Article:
The most important thing I have learned from finally watching Doctor Who is that, as I had suspected, it is, after all, nothing like my beloved Primeval--though the two sound similar in summary, their dynamics are completely different.
And, ha, ha, no, that is not really the most important thing I have gotten out of the experience. It's quite shameful, really, that I drifted through nine years of this franchise in one month. But I couldn't help it. In Season 1 (2005, that is), I felt lukewarm at first; by the end I was getting drawn in. And then along came David Tennant and I was completely absorbed by the show and never wanted to stop watching. So, yes, I can say that I am becoming, at long last, a bit of a fan of this show, this show that people have been telling me for a while now that I should watch. It's just that it's difficult to jump into something that you know is so iconic: you know there are so many opinions about it already and so it's hard to just sit and casually watch. But you know what I've found so nice about Doctor Who is everything that, as a whole, it offers. It has comedy, drama, adventure, mystery, fantasy. If you're ever not the fondest of a particular character (or even a particular doctor) or plot element, you know that this is only one element.
Now we will commence on the inclusion of, possibly, some spoilers up to the current episode, The Time of the Doctor.
What I think bothered me most about the first couple of episodes was the attitude toward humanity. I may be a pessimist in some things, but I choose to be an optimist in others, and so I don't like to dwell on negative perspectives. I was bothered by what I thought was just humanity-bashing. But then that changed, and I realized it was just one particular moment. The perspective changed to admiration of humanity's diligence, perseverance, and hope. And I liked that.
Has anything else in existence ever used time travel so well as Doctor Who? This show creates a wonderful spiral of cause and effect, then and now, moments both endless and forever over. And then, of course, time travel gives the opportunity to go anywhere, to do anything. There are historical episodes and sci-fi episodes, psychological and adventurous. The possibilities are endless. So here is what I mean about the show "as a whole." Maybe I didn't care too much for the Agatha Christie episode because I'm not a mystery person. But I loved all the drama in episodes like "Journey's End."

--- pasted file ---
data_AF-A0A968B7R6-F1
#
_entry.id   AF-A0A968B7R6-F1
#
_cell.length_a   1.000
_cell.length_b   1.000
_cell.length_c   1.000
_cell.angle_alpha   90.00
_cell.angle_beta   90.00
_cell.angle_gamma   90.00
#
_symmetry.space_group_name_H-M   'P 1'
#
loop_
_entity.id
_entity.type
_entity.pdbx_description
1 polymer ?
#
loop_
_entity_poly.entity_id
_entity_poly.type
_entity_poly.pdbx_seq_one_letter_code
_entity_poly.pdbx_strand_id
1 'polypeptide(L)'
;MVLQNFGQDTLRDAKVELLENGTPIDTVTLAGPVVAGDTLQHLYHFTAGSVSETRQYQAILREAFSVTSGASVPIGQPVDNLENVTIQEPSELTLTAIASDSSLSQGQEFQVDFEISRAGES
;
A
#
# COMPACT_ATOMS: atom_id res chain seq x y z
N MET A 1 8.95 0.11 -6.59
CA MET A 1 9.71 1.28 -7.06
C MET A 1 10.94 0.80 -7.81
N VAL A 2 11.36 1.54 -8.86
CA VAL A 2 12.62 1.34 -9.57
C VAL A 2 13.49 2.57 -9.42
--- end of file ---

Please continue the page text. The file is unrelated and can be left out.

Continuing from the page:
Which brings me to the next point. The Doctor, the Doctor, it's all about the Doctor. The Doctor is a great creation, ever so much better than any superhero. He becomes representative about so much of what society considers. He saves, he regrets, he forms friendships, he is fascinated by everything, he is excited to explore everything, he loves overcoming danger. And he is an exploration of identity: with every new actor, he becomes a new person while still staying himself. Even though it's heartbreaking every time he changes, it's such an interesting exploration of personality, habits, and such.
Before I ever even began watching, David Tennant was bound to be my favorite doctor. That was just always inevitable. He plays that ridiculous comedy that reminds me of Henry Higgins (in the play version of Pygmalion that I saw a few years ago), and yet he is also dramatic and hopelessly tragic like John Keats or someone like that. The energy plus the expression of sorrow, both in one character; love it. And he wears a long coat.
Because I liked the tenth doctor, I also really liked him with Rose--thank goodness for the way they at least gave them the "Journey's End" conclusion. I was so happy to see Rose reappear . . . When Matt Smith came along, he played more straight comedy. So for his episodes, the dramatic side went more to Amy and Rory, and their story is also concluded nicely. I used to think Walter Hartright from The Woman in White was the sweetest, most gentlemanly, steadfast, good, and honest male character in fiction. Rory, who always stood by Amy's side, reminds me quite a bit of him. Especially today, when fiction likes to explore the gray areas of a character, it's nice to simply see a good person portrayed.
It's ridiculous to try and react to nine years in one post. It would have been better to post about each season, but I was too busy watching, you see? Let me just say that "The Day of the Doctor" was one of the best things ever, not least because David Tennant was in it but also because it had that winning mix of comedy, drama, nostalgia, hope, and mixed timelines.
Through Netflix, Hulu Plus (I hate Hulu Plus, by the way), iTunes, and one DVD, I have managed to watch all of these newer episodes. Everyone told me I could start with the new series, instead of trying to start with the old episodes first, and it did seem much easier to start with the new ones. But I usually like to start at the beginning, and it feels so strange now to have started in the middle. So I will have to keep my temporary Hulu Plus subscription (yes, I am unhappy about this) and muddle back and forth between Hulu and Netflix, watching and watching and trying not to be driven crazy by the missing episodes. I wonder how long it will take me?
(Oh, yes, and thank you to The Hillywood Show for announcing that your next parody subject will be Doctor Who, as that announcement was what finally drove me to start watching.)
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